Apollo 11

NASA rocket scientist Wernher von Braun powered Apollo 11

NASA rocket scientist Wernher von Braun powered Apollo 11For anyone who grew up in the 1960s or earlier, what could better symbolize brave new worlds with visions of the future than when the Apollo 11 mission landed on the moon.

I am not a rocket scientist, nor is space craft or space exploration in my area of expertise, but I followed the NASA space program as I was growing up. One of the most vivid memories I have from my childhood is watching my parents old black and white television on the night of July 20, 1969. At 10:56 p.m. EDT, American Astronaut Neil Armstrong is ready to plant the first human foot on another world. With more than half a billion people watching on television, he climbs down the ladder and proclaims: "That's one small step for a man, one giant leap for mankind."

The Apollo 11 space craft that carried the astronauts to the moon was powered by the Saturn V rocket created by a team of rocket scientists lead by Dr. Wernher von Braun. Rocket science is generally accepted as being intellectually difficult and outside the capabilities of the average person. When someone is asked to do a relatively undemanding task they are reminded that what they are asked to do is not rocket science. Being in charge of the team that sent the first rocket to the moon is pretty high up on the list of achievements in Geek History.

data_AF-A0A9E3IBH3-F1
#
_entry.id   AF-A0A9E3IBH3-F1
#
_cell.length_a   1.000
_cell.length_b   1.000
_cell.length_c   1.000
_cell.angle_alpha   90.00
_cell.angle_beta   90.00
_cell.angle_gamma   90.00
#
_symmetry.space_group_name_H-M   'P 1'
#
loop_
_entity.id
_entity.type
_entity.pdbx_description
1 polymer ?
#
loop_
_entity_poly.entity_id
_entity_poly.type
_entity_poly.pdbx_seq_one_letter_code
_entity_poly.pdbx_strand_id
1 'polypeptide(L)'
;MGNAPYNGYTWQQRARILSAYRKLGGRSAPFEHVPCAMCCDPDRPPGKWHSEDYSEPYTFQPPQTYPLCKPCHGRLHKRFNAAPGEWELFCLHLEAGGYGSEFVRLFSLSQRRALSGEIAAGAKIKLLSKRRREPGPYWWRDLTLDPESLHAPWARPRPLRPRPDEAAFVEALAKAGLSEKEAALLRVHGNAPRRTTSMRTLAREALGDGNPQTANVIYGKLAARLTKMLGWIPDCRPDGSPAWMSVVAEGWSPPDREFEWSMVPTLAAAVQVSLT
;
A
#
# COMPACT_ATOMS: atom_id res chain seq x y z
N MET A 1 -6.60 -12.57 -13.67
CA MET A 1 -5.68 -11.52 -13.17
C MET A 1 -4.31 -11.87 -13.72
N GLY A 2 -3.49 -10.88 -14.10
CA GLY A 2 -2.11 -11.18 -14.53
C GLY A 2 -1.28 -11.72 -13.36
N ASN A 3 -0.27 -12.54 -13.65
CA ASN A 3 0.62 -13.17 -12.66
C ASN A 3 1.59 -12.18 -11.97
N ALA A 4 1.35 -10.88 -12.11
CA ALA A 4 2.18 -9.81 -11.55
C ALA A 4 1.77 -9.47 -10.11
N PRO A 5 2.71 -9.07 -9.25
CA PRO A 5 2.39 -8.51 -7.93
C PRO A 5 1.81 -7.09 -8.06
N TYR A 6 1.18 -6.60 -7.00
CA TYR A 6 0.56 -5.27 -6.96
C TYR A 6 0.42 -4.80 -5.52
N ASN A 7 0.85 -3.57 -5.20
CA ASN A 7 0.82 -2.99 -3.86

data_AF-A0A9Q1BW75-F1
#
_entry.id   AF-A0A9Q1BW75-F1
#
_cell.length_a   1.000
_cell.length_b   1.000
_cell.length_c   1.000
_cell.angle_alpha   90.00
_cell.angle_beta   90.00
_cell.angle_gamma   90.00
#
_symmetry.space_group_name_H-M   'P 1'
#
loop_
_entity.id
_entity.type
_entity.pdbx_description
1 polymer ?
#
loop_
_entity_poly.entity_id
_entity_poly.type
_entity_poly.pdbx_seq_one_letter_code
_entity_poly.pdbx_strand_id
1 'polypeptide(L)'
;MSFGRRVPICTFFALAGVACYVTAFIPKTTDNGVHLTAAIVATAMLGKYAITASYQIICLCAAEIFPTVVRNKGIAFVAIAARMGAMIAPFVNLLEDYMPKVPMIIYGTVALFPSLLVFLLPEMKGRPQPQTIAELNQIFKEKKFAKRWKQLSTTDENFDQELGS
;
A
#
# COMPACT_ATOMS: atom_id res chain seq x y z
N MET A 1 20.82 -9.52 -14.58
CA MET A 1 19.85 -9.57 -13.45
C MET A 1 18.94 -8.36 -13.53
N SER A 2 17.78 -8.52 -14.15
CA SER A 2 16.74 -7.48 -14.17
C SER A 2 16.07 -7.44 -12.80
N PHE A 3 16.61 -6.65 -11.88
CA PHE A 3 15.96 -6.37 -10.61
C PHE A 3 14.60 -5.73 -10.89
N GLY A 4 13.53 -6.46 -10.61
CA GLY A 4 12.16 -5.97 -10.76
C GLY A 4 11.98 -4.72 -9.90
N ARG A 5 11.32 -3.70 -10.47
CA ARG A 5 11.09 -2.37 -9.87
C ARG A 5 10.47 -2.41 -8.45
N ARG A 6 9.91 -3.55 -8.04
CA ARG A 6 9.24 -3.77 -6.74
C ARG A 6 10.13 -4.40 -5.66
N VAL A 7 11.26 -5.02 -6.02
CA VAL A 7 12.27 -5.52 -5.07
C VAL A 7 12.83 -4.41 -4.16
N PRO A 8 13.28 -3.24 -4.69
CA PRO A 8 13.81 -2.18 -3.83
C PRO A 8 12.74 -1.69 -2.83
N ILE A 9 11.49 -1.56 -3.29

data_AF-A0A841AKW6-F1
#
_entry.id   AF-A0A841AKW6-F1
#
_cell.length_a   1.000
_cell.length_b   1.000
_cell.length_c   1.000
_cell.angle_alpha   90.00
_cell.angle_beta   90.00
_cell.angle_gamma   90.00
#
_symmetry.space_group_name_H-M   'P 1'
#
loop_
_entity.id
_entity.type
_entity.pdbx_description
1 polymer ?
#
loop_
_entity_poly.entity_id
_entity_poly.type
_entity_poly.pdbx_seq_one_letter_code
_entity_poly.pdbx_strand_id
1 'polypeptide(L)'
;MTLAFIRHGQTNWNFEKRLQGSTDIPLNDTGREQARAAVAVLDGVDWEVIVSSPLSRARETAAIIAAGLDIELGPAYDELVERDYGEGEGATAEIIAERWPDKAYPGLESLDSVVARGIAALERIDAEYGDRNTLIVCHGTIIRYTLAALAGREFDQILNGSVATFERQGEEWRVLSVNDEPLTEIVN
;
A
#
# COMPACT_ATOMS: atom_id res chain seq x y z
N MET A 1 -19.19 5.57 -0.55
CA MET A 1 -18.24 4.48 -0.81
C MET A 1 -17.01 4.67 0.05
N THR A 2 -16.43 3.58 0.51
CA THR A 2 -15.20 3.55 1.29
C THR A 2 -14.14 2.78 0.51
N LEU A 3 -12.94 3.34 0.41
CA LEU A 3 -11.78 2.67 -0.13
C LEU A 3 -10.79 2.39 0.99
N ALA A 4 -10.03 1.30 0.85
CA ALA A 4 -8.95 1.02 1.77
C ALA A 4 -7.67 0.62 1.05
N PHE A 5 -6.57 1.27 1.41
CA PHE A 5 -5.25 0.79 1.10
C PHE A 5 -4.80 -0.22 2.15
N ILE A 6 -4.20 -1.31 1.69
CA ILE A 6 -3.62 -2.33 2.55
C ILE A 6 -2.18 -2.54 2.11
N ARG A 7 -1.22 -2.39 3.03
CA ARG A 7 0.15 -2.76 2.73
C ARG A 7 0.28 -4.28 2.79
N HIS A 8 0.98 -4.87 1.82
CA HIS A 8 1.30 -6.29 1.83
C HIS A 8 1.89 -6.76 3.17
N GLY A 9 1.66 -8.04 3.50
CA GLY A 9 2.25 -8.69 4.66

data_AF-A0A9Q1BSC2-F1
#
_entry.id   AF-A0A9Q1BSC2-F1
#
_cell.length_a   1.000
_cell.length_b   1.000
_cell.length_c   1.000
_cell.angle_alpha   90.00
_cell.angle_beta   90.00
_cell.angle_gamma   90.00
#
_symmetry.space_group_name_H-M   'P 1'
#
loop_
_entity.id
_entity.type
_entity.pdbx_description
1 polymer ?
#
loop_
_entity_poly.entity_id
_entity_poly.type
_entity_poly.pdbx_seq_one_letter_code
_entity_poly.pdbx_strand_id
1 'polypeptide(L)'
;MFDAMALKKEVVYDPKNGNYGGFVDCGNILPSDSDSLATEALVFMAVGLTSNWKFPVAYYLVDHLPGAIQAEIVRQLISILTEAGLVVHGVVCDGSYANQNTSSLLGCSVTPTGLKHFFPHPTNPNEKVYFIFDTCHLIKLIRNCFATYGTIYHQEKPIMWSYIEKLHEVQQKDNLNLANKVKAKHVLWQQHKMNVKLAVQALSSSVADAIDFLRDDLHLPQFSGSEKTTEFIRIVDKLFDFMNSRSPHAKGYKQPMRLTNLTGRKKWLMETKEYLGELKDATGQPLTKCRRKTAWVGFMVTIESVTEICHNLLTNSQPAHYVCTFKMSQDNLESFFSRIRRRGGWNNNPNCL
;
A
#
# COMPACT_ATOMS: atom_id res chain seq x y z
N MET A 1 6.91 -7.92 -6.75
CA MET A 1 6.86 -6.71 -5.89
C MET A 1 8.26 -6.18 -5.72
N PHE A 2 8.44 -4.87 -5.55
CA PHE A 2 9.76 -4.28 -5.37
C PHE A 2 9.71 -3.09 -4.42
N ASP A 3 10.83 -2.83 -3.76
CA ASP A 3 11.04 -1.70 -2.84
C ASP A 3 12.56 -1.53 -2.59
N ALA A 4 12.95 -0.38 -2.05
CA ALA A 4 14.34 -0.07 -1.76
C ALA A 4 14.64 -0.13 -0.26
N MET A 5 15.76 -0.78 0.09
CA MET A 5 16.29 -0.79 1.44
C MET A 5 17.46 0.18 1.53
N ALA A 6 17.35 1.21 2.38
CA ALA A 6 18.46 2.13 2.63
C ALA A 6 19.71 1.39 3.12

From German Nazi Party SS to NASA rocket scientist

Wernher von Braun was born in 1912 in Wirsitz, Germany. According to a NASA biography of von Braun, as a youth he became enamored with the possibilities of space exploration by reading the science fiction of Jules Verne and H.G. Wells. As a young man von Braun joined the German Rocket Society. In 1932, von Braun joined the German army to work on the development of ballistic missiles. By 1937, he was the leader of the Nazi rocket program that developed the V-1 “buzz bomb” and the deadly V-2, the world’s first long-range guided ballistic missile. Wernher von Braun was known as the "Father of German Rocket Science."

Subscribe to RSS - Apollo 11